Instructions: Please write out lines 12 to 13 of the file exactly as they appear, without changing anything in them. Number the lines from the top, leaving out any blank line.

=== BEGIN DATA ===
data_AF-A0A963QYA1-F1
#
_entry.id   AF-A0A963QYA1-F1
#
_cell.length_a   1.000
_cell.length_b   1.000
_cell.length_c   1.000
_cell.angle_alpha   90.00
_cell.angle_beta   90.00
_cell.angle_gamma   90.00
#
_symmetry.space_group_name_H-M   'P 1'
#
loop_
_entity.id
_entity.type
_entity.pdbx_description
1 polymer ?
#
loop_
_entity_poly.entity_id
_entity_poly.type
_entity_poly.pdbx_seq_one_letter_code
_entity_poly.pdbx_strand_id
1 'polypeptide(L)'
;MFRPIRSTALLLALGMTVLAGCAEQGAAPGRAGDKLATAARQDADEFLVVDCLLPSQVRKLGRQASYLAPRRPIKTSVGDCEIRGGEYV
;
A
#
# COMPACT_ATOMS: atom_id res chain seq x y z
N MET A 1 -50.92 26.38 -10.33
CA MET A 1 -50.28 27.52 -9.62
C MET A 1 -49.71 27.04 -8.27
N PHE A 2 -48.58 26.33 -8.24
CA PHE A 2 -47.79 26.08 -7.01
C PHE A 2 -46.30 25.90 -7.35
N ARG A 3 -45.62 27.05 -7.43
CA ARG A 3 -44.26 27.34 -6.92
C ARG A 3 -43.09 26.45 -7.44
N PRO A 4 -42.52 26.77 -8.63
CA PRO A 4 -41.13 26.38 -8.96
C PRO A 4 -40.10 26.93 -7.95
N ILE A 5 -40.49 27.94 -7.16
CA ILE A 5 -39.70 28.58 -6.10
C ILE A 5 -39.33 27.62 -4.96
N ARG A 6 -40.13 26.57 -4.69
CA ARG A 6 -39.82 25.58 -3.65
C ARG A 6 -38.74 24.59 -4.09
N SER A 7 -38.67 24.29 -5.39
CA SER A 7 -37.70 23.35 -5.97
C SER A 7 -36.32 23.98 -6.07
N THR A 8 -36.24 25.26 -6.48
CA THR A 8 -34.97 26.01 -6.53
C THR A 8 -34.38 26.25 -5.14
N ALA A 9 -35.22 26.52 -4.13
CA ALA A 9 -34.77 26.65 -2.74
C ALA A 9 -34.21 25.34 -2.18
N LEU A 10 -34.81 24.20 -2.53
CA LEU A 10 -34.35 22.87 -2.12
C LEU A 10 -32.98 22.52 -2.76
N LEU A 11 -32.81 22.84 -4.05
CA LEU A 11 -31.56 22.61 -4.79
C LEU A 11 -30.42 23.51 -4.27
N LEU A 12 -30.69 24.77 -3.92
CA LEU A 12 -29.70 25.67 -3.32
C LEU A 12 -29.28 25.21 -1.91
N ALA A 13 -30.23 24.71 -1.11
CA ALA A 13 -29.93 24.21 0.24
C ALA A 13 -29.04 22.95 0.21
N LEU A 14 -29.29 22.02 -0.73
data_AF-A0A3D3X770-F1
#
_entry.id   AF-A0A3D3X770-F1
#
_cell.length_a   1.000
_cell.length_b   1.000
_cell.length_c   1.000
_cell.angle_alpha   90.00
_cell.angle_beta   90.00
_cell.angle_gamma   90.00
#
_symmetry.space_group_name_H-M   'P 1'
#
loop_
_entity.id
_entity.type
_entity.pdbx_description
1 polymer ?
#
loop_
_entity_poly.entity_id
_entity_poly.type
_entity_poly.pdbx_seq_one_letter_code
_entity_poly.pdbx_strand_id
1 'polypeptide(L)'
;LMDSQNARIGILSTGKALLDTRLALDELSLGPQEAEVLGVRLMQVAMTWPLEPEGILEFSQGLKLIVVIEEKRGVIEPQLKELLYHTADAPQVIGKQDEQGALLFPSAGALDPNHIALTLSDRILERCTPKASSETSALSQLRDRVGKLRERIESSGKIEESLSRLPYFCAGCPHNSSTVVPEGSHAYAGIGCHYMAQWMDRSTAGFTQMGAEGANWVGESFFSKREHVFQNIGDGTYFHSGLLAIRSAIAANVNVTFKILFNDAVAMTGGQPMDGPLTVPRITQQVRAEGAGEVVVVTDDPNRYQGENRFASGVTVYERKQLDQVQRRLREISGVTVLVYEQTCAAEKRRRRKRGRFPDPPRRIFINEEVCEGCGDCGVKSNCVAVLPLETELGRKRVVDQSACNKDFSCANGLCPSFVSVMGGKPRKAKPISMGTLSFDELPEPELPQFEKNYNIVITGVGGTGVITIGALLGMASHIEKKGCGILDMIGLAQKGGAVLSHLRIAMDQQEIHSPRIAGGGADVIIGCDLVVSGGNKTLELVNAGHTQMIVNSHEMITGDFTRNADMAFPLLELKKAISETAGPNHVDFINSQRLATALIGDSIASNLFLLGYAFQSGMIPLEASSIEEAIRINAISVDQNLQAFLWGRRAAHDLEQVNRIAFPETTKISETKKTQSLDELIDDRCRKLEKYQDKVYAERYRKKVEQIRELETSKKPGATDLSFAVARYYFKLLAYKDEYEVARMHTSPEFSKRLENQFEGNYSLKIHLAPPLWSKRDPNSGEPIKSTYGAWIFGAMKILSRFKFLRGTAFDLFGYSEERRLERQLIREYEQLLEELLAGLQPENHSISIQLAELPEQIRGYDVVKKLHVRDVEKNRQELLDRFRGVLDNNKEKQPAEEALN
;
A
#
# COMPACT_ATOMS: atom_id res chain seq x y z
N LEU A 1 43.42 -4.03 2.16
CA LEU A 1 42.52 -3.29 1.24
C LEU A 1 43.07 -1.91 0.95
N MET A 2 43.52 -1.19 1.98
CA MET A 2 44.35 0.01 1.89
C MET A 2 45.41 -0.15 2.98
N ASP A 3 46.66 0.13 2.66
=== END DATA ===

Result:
_symmetry.space_group_name_H-M   'P 1'
#